Navveen Selvadurai, one of the co-founders of check-in service Foursquare, has announced he is stepping down from his role at the company to focus on other projects.
Selvadurai, who founded the service with Dennis Crowley, explained in a blog post that it was the right time to leave the company having worked on the site since it was first unveiled at the SXSW festival in Austin, Texas in 2009.
"After three years, I feel I've done all I can do and I'm moving on. [Crowley] and I have been discussing timing for a while, and we decided that now, on this anniversary, it feels right to begin the transition," he said in a blog post.
"So this will be my last month working at Foursquare. Over the course of the next few weeks, I'm going to be taking a step back as my final projects near their release."
Prior to joining Foursquare, Selvadurai worked as a software architect at start-up Sociallight and at Sony Music Entertainment.
Selvadurai said he will remain connected to Foursquare as both a member of its board and in an advisory role, but he now intends to look for new opportunities, without specifying any projects.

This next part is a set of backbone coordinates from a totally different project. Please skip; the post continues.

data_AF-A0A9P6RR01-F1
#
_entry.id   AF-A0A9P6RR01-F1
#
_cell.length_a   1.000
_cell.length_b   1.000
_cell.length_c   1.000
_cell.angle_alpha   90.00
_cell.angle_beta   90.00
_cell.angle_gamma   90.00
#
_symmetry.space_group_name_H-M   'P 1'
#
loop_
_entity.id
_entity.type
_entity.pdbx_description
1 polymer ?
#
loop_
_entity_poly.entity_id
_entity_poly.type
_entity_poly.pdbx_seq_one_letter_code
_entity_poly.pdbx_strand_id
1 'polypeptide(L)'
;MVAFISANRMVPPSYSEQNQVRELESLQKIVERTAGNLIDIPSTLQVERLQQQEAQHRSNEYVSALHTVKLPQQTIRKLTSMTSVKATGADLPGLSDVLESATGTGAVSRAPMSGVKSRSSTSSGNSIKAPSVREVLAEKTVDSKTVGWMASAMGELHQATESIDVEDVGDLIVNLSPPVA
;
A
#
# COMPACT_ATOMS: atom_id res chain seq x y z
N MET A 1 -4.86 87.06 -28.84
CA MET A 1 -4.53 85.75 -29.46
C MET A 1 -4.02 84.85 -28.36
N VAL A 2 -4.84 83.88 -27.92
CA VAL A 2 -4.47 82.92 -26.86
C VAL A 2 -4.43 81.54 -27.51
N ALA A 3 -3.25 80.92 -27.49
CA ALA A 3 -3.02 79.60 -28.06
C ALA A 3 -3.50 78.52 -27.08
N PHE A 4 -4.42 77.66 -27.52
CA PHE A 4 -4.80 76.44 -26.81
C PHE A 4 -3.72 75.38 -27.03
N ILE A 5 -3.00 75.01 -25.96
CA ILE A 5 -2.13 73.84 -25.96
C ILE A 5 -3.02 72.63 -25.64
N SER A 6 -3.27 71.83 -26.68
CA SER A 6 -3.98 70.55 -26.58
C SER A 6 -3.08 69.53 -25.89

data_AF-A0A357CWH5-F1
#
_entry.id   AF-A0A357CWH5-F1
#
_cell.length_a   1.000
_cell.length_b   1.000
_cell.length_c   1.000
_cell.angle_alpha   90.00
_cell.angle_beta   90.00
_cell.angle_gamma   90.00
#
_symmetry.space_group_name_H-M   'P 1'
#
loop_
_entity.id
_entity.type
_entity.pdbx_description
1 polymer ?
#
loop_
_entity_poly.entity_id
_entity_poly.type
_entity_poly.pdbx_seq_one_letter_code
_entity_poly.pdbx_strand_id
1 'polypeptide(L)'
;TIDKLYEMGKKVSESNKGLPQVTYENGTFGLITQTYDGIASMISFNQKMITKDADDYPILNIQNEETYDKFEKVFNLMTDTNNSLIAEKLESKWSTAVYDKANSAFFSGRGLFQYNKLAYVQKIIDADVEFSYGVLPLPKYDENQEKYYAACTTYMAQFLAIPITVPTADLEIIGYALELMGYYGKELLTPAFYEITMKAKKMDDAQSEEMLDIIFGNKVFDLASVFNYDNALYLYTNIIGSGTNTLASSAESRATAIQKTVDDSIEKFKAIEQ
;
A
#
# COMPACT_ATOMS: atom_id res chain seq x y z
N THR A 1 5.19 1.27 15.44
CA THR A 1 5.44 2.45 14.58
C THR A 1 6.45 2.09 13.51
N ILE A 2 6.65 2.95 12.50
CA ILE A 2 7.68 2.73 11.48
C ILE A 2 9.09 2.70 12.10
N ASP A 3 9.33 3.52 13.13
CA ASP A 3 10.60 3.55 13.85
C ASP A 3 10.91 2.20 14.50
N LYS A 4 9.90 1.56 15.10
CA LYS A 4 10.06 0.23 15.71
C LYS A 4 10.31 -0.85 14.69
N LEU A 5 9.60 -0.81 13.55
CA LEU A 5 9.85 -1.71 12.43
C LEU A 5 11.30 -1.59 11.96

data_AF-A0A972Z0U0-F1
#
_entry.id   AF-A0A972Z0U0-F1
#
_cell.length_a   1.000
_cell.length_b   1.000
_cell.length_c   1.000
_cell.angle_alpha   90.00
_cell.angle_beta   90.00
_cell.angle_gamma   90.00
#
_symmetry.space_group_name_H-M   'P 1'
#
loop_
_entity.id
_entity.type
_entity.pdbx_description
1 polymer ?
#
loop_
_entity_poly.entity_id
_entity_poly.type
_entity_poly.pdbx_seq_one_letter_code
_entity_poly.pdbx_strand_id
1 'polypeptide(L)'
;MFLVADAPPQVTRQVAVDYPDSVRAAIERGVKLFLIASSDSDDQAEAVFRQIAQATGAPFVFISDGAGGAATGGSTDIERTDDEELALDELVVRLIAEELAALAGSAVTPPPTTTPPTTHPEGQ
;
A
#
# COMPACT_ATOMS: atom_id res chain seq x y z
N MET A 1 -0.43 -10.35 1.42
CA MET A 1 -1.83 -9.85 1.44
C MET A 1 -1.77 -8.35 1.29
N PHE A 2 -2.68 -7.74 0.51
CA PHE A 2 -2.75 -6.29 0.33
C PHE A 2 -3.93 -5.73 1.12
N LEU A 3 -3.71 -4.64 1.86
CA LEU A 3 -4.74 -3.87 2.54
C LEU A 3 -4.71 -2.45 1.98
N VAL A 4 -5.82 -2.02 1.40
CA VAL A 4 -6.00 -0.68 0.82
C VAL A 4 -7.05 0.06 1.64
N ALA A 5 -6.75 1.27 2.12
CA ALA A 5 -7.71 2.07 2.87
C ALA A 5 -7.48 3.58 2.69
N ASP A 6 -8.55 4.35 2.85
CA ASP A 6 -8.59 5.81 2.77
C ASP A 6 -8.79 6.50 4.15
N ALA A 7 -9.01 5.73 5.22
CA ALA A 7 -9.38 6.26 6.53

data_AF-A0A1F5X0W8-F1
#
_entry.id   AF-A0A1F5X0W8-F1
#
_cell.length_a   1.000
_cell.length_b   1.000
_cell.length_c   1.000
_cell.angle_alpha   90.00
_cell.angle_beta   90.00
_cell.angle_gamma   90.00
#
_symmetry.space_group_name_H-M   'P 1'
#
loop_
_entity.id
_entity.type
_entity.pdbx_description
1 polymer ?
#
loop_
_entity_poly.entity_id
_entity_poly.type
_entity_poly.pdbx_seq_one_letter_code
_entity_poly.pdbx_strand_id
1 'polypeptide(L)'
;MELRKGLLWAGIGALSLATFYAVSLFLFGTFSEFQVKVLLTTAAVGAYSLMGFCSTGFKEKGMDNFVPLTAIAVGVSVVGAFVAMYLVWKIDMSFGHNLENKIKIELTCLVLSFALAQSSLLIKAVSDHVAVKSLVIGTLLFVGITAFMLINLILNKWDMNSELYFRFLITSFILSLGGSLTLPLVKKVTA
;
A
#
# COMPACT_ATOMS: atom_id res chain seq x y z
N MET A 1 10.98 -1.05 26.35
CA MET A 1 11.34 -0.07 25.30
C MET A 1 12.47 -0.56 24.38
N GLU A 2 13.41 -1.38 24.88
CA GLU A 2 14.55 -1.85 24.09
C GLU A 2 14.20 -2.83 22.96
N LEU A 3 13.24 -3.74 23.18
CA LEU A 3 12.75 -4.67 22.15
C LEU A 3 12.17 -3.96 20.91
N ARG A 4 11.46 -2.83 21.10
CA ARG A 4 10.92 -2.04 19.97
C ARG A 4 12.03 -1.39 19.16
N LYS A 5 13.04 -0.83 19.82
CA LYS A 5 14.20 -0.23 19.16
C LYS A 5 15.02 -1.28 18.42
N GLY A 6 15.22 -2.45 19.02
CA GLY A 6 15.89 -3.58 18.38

Foursquare now boasts some 15 million members and is steadily growing, although faces increasing competition from sites like Facebook that are incorporating their own check-in style features, in a bid gather more location data on users and help firms try and engage with customers online.
V3 spoke with Selvadurai in 2011 to discuss how the web has helped change the world. He said its ability to let anyone take an idea for a business, like Foursquare, to a potential global audience was its greatest achievement.
"I think the greatest thing is that it's stayed independent (and hopefully will continue to do so): no one entity 'owns' the web. This allows anyone (the exception being countries that block the web) to create content and publish it for others to see," he said at the time.
Found by calculating the strength of the material deep inside the crust of neutron stars
Can highlight in real-time the relevant regions of an image being described
Double legal trouble for Musk as he also faces civil lawsuit over renewed British pot-holer 'paedo' claims
Battery development could help boost performance of smartphones